Cnty. of Los Angeles v. Financial Casualty & Surety

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Justia Opinion Summary

The County appealed the superior court's grant of Financial Casualty's motion to set aside summary judgment and vacate the forfeiture of a bail bond. The County argued that Financial Casualty was lawfully required to appear in court on the date shown on the face of the bond for purposes of Penal Code section 1305, subdivision (a)(1). The court concluded, however, that writing the date of the hearing on the bond does not mean the defendant is “lawfully required” to appear for purposes of forfeiting bail under section 1305. Accordingly, the court affirmed the judgment.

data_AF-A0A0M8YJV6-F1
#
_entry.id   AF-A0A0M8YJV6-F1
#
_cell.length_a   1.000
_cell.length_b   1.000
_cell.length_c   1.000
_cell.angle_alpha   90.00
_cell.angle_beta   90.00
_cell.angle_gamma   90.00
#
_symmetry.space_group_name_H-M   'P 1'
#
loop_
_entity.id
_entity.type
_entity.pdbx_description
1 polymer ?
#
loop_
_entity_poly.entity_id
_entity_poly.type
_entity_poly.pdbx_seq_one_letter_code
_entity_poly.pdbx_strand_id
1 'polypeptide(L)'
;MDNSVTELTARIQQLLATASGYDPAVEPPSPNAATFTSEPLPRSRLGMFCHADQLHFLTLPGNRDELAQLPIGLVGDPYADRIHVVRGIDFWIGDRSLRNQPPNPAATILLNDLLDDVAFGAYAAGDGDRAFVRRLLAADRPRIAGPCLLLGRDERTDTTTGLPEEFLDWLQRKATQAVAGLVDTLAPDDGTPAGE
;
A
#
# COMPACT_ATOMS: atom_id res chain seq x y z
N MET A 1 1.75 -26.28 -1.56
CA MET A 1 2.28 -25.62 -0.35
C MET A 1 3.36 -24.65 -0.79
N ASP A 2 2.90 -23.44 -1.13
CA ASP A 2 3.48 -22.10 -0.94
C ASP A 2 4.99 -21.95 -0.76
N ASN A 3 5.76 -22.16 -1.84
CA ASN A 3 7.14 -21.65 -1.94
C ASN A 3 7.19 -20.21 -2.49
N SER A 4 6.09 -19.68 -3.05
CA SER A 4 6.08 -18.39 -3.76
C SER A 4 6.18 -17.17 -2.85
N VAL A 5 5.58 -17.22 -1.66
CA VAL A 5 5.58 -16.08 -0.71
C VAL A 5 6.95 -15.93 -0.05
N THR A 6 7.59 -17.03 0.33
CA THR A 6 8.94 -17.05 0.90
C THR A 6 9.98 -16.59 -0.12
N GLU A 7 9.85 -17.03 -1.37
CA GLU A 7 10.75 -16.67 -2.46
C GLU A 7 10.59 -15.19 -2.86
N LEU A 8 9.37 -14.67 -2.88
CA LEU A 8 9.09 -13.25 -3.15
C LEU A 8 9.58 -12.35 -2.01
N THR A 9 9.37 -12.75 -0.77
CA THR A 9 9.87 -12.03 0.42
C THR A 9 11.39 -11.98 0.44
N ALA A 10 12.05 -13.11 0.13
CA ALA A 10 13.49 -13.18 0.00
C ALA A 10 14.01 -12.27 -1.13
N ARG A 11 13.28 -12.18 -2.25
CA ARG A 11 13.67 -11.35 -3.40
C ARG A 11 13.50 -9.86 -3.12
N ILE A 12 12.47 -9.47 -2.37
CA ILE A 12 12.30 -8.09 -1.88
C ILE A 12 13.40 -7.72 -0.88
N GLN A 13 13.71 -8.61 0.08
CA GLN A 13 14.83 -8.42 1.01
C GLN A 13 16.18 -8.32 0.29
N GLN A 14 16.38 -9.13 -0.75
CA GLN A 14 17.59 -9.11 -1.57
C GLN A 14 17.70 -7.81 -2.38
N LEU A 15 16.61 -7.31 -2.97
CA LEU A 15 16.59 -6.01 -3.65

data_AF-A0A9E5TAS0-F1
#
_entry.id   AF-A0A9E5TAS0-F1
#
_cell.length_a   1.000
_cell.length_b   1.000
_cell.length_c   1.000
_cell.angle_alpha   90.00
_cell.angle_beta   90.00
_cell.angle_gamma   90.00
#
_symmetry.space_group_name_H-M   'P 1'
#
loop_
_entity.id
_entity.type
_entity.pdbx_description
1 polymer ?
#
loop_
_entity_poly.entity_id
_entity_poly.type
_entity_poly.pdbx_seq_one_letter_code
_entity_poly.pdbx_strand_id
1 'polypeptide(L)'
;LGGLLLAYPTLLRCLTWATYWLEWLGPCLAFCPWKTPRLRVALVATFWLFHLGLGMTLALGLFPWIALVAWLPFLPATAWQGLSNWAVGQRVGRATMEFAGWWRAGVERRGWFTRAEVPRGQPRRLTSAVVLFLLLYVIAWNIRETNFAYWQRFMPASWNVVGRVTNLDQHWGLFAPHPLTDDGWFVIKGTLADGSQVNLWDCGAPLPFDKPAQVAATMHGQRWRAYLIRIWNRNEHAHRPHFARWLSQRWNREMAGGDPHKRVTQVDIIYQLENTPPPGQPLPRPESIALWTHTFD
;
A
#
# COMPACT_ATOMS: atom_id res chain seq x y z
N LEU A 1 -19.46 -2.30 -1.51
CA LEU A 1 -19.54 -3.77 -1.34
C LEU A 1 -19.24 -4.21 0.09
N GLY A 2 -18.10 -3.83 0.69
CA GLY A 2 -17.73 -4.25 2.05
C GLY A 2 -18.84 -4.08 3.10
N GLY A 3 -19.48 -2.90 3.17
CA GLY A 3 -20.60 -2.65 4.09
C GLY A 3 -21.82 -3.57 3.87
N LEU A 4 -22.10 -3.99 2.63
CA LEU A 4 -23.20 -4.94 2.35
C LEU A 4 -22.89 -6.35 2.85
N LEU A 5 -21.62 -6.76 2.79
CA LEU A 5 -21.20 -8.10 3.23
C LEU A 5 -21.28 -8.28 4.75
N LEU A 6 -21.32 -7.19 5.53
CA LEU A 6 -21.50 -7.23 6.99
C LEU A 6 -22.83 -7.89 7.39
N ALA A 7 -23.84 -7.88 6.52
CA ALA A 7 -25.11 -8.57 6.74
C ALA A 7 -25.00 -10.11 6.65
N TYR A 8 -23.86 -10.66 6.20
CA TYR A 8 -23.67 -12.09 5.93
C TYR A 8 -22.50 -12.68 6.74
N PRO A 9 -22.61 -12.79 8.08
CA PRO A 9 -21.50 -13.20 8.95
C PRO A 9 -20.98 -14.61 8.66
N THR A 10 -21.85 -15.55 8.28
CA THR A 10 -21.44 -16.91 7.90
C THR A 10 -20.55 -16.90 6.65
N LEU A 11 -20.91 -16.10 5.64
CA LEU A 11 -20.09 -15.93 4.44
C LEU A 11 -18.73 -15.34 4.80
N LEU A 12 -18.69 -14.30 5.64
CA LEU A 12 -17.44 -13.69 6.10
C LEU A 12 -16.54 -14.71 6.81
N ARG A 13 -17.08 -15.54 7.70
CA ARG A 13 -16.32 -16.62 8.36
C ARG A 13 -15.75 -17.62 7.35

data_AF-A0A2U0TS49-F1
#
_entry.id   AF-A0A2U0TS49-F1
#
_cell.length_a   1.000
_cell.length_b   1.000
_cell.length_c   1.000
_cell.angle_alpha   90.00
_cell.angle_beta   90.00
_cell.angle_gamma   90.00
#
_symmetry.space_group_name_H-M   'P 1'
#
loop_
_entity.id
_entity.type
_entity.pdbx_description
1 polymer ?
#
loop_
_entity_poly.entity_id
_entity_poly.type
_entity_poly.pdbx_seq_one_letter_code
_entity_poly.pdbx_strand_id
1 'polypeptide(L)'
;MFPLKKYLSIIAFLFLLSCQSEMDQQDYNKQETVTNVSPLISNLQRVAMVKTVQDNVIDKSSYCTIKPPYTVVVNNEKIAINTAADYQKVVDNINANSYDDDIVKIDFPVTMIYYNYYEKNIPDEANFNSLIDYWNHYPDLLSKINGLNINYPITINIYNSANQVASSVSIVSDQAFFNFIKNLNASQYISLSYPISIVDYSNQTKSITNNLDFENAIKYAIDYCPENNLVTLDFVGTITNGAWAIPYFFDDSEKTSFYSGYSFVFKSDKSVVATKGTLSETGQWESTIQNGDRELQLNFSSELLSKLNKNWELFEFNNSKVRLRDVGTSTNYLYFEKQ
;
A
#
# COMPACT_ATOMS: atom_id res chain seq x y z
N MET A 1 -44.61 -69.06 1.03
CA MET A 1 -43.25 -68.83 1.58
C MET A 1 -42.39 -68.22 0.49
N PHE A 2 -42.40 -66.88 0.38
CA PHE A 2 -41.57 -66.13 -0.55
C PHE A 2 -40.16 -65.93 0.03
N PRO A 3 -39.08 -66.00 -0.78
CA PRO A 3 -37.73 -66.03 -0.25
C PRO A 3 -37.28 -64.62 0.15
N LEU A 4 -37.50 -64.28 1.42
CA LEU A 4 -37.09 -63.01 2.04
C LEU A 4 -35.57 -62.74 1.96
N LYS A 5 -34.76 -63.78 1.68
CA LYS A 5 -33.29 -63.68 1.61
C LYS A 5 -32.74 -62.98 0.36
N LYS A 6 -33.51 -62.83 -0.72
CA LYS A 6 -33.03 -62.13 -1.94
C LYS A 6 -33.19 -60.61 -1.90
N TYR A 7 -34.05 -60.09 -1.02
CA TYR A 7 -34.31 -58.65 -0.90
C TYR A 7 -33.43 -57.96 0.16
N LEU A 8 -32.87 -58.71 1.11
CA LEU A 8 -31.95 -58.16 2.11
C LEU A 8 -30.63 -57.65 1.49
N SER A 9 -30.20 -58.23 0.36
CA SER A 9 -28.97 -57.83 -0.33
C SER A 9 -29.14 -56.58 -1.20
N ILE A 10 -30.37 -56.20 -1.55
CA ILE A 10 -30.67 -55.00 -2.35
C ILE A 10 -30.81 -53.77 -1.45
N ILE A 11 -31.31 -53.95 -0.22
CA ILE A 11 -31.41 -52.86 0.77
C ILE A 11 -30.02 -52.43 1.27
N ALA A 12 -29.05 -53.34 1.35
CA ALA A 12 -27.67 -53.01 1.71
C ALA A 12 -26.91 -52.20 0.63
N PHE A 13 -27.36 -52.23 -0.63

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Filed 9/16/15 CERTIFIED FOR PUBLICATION IN THE COURT OF APPEAL OF THE STATE OF CALIFORNIA SECOND APPELLATE DISTRICT DIVISION FOUR COUNTY OF LOS ANGELES, Plaintiff and Appellant, B257660 (Los Angeles County Super. Ct. No. BA404239, SJ3898) v. FINANCIAL CASUALTY & SURETY INC., Defendant and Respondent. APPEAL from a judgment of the Superior Court of Los Angeles County, Lia Martin, Judge. Affirmed. Office of the County Counsel, Ruben Baeza, Jr., Assistant County Counsel, and Joanne Nielsen, Principal Deputy County Counsel, for Plaintiff and Appellant. John M. Rorabaugh for Defendant and Respondent. The County of Los Angeles (County) appeals from an order of the superior court granting the motion of Financial Casualty & Surety, Inc. (Financial Casualty) to set aside summary judgment and vacate the forfeiture of a bail bond. The County argues that the defendant was lawfully required to appear in court on the date shown on the face of the bond for purposes of Penal Code section 1305, subdivision (a)(1).1 We conclude that writing the date of the hearing on the bond does not mean the defendant is “lawfully required” to appear for purposes of forfeiting bail under section 1305. We therefore affirm. FACTUAL AND PROCEDURAL BACKGROUND On November 29, 2012, the criminal defendant, Sandra Chavezgarcia, appeared in superior court for arraignment. She pled not guilty to four felony counts. The court asked defense counsel for a possible date for pretrial conference. In response to her suggestion, the court set the matter for January 3, 2013. At the end of the brief hearing, the court stated, “So that will be the order, then. We’ll see you all back here on January 3rd.”2 On December 19, 2012, Financial Casualty executed a $110,000 bond for the release of the defendant from custody. The bail bond form had blank spaces in which to write pertinent information and stated that the defendant was “ordered to appear in the above entitled court on” January 3, 2013. 1 All further statutory references are to the Penal Code unless otherwise specified. 2 The minute order contains what Financial Casualty describes as a “boilerplate entry,” stating, “The court orders the defendant to appear on the next court date.” The County does not argue on appeal that the court actually ordered the defendant to appear on January 3. 2 The defendant did not appear at the January 3 hearing. The court ordered bail forfeited and issued a bench warrant. The clerk of the court mailed a notice of forfeiture to the parties. On July 3, 2013, the bail agent filed a motion to extend the appearance period. The court extended the period to October 23, 2013. The court subsequently granted another motion extending the period to December 27, 2013. On January 8, 2014, the court granted summary judgment on the forfeited bond and sent a notice of entry of judgment and demand for payment to Financial Casualty and the bail agent. In February 2014, Financial Casualty filed a motion to set aside the summary judgment on the basis that the defendant was not ordered to appear at the January 3, 2013 hearing. The County opposed the motion, arguing that (1) the trial court did order the defendant to appear on January 3; (2) the defendant was required to appear pursuant to section 977, subdivision (b);3 and (3) the date on the bond was the same date the court ordered the defendant to appear. After hearing argument, the court granted Financial Casualty’s motion. The court relied on People v. Safety National Casualty Insurance Corp. (2014) 225 Cal.App.4th 438, review granted July 23, 2014, S218712,4 to conclude that section 977 could not be relied upon for 3 Section 977, subdivision (b) requires a person accused of a felony to be present at, inter alia, the preliminary hearing and “all other proceedings,” unless the accused executes a written waiver of his or her “right to be personally present.” The County relied upon this provision in the trial court to argue that, because the defendant’s presence was lawfully required under section 977, it also was required for purposes of bail forfeiture under section 1305, subdivision (a)(4). 4 The California Supreme Court granted review in People v. Safety National Casualty Insurance Co. (2014) 225 Cal.App.4th 438, and People v. American Contractors Indemnity Co. (2014) 226 Cal.App.4th 1059, review granted August 13, 2014, S219842, to consider the issue whether section 977, subdivision (b)(1) may be used “to determine whether a proceeding at which a defendant charged with a felony failed to 3 purposes of bail forfeiture. The court further found that there “was no specific order” for the defendant to appear and that the transcript did not establish that the hearing was a readiness conference within the meaning of California Rules of Court, rule 4.112, which would have meant the defendant’s presence was “lawfully required.”5 The court therefore granted Financial Casualty’s motion to set aside the summary judgment, vacate the forfeiture, and exonerate the bond. The County timely appealed. DISCUSSION The County contends that the trial court erred in granting Financial Casualty’s motion to set aside the summary judgment. Although in the trial court the County relied on section 977, it no longer makes that argument. On appeal the County argues only that the defendant’s presence was lawfully required under section 1305 because the date of the hearing appeared on the face of the bond. We are not persuaded. The parties do not dispute the facts. Because only legal issues are involved, we conduct an independent review. (People v. Accredited Surety & Casualty Co. (2012) 209 Cal.App.4th 617, 621 (Accredited Surety).) “‘“The law traditionally disfavors forfeitures and this disfavor extends to forfeiture of bail. [Citations.] . . .” [¶] The standard of review, therefore, compels us to protect the surety, and appear was a proceeding at which the defendant was ‘lawfully required’ to appear for purposes of forfeiting bail under . . . section 1305, subdivision (a)(4).” (See http://appellatecases.courtinfo.ca.gov, site last visited on Sept. 2, 2015.) 5 California Rules of Court, rule 4.112 provides that in felony cases, the court may hold a readiness conference at which “[t]he defendant must be present in court.” (Cal. Rules of Court, rule 4.112(a)(3).) 4 more importantly the individual citizens who pledge to the surety their property on behalf of persons seeking release from custody, in order to obtain the corporate bond.’ [Citation.]” (People v. Western Ins. Co. (2013) 213 Cal.App.4th 316, 321 (Western).) “A jailer may accept bail from an arrestee and set the time and place for his appearance. ( . . . § 1269b, subd. (a).) If an arrestee ‘fails to appear at the time and in the court so ordered upon his or her release from custody, Sections 1305 and 1306 apply.’ (§ 1269b, subd. (h).)” (People v. American Surety Ins. Co. (2009) 178 Cal.App.4th 1437, 1439 (American Surety), fn. omitted.) “Section 1305, subdivision (a) provides, in pertinent part: ‘A court shall in open court declare forfeited the undertaking of bail or the money or property deposited as bail if, without sufficient excuse, a defendant fails to appear for any of the following: [¶] (1) Arraignment. [¶] (2) Trial. [¶] (3) Judgment. [¶] (4) Any other occasion prior to the pronouncement of judgment if the defendant’s presence in court is lawfully required. . . .’” (People v. Indiana Lumbermens Mutual Ins. Co. (2011) 194 Cal.App.4th 45, 48.) “[T]here must be a court order to appear. Without such an order, the court lacks jurisdiction to forfeit bail for failure to appear. [Citation.]” (Accredited Surety, supra, 209 Cal.App.4th at p. 622.) Thus, “‘[w]hen a person for whom a bail bond has been posted fails without sufficient excuse to appear as required, the trial court must declare a forfeiture of the bond. [Citation.] The surety that posted the bond then has a statutory “appearance” period in which either to produce the accused in court and have the forfeiture set aside, or to demonstrate other circumstances requiring the court to vacate the forfeiture. If the forfeiture is not set aside by the end of the appearance period, the court is required to enter summary judgment against the surety. [Citation.]’ [Citation.]” (Western, supra, 213 Cal.App.4th at p. 322.) 5 The County contends that the defendant was lawfully required to appear on January 3, 2013, because “[i]t was the date that had been set by the court at her arraignment, and when she was released from custody, it was the date that appeared on her bond.” The County cites no authority to support its position that filling in the date in the designated space on the bond form means a defendant’s presence in court is “lawfully required” within the meaning of section 1305. Although we have found no authority addressing this exact question, we find American Surety, supra, 178 Cal.App.4th 1437 and People v. Ranger Ins. Co. (2006) 145 Cal.App.4th 23 (Ranger) analogous. In reliance on these cases, we conclude that a notation on the bail bond form that the defendant was ordered to appear in court on a certain date does not mean the defendant was “lawfully required” to appear for purposes of bail forfeiture under section 1305. In American Surety, the surety posted bond for the release of an accused. The district attorney filed a complaint and an arraignment letter addressed to the accused, stating that “a complaint had been filed and ‘you are hereby notified to appear’ to enter a plea” on a certain date, but there was no evidence the letter was mailed or received. (American Surety, supra, 178 Cal.App.4th at p. 1439.) When the accused failed to appear, the trial court declared bail forfeited and denied a motion to vacate the forfeiture. On appeal, the surety argued the court lacked jurisdiction to order forfeiture of bail because no court order directed the accused to appear, and the district attorney’s letter was not a substitute. The appellate court agreed, stating that “[t]here was no court order . . . and the district attorney’s notice to appear was not a substitute.” (Id. at p. 1440.) The court therefore reversed, noting that the People had offered no authority for the proposition the prosecutor’s letter was sufficient. (Id. at p. 1441.) 6 In Ranger, the court rejected the People’s argument that notices from the police department advising the accused of her arraignment date were court orders requiring the defendant’s presence within the meaning of the bail forfeiture statute. (Ranger, supra, 145 Cal.App.4th at p. 30.) The court stated “that is not what they are, and no sleight of hand can transform them into something they are not.” (Ibid.) Similar to the prosecutor’s letter in American Surety and the police department letter notifying the accused of her arraignment in Ranger, a bail bond form with the date of the hearing filled in simply is not a court order. The County cites section 1269b, subdivision (a) to argue, without explanation, that “a defendant is lawfully required to appear on the date shown on the bond.”6 The statute does not address forfeiture of bail, which undisputedly is governed by section 1305. Nor does the statute state that the defendant is lawfully required to appear in court on the date appearing on the bond or he or she risks forfeiture of the bond. Section 1269b does not address the question we face here. The County argues that it would be “burdensome and unnecessary” to require a court to advise a defendant, “‘in the event that you are released on bond between now and the next hearing, you are ordered to return.’” Yet there are 6 Section 1269b, subdivision (a) provides in full: “The officer in charge of a jail in which an arrested person is held in custody, an officer of a sheriff’s department or police department of a city who is in charge of a jail or is employed at a fixed police or sheriff’s facility and is acting under an agreement with the agency that keeps the jail in which an arrested person is held in custody, an employee of a sheriff’s department or police department of a city who is assigned by the department to collect bail, the clerk of the superior court of the county in which the offense was alleged to have been committed, and the clerk of the superior court in which the case against the defendant is pending may approve and accept bail in the amount fixed by the warrant of arrest, schedule of bail, or order admitting to bail in cash or surety bond executed by a certified, admitted surety insurer as provided in the Insurance Code, to issue and sign an order for the release of the arrested person, and to set a time and place for the appearance of the arrested person before the appropriate court and give notice thereof.” 7 numerous advisements trial courts are required to give criminal defendants in order to protect their rights. (See, e.g., People v. Cross (2015) 61 Cal.4th 164, 170 [when a criminal defendant enters a guilty plea, “the court must inform the defendant of three constitutional rights – the privilege against compulsory selfincrimination, the right to trial by jury, and the right to confront one’s accusers,” and “the same requirements of advisement and waiver apply when a defendant admits the truth of a prior conviction allegation that subjects him to increased punishment”]; People v. Davis (2014) 226 Cal.App.4th 1353, 1367, fn. 4 [“Section 1016.5 imposes an obligation on trial courts to advise criminal defendants of the immigration consequences of pleading guilty or nolo contendere.”].) We recognize that, “[w]hile bail bond proceedings occur in connection with criminal prosecutions, they are independent from and collateral to the prosecutions and are civil in nature. [Citation.]” (People v. American Contractors Indemnity Co. (2004) 33 Cal.4th 653, 657.) Nonetheless, “[t]he object of bail and its forfeiture is to insure the defendant’s attendance and his or her obedience to the orders and judgment of the court. [Citation.] The purpose is not to either provide revenue to the state or punish the surety. [Citation.] . . . Thus, the statutes dealing with forfeiture of bail bonds must be strictly construed in favor of the surety to avoid the harsh results of forfeiture. [Citation.]” (Accredited Surety, supra, 209 Cal.App.4th at p. 621.) Requiring the court to order the defendant to appear at a hearing in compliance with the bail forfeiture scheme is consistent with these principles and is not unnecessarily burdensome. For the foregoing reasons, we affirm the order of the superior court setting aside summary judgment, vacating forfeiture and exonerating bail. 8 DISPOSITION The judgment is affirmed. Financial Casualty is entitled to costs on appeal. CERTIFIED FOR PUBLICATION WILLHITE, J. We concur: EPSTEIN, P. J. MANELLA, J. 9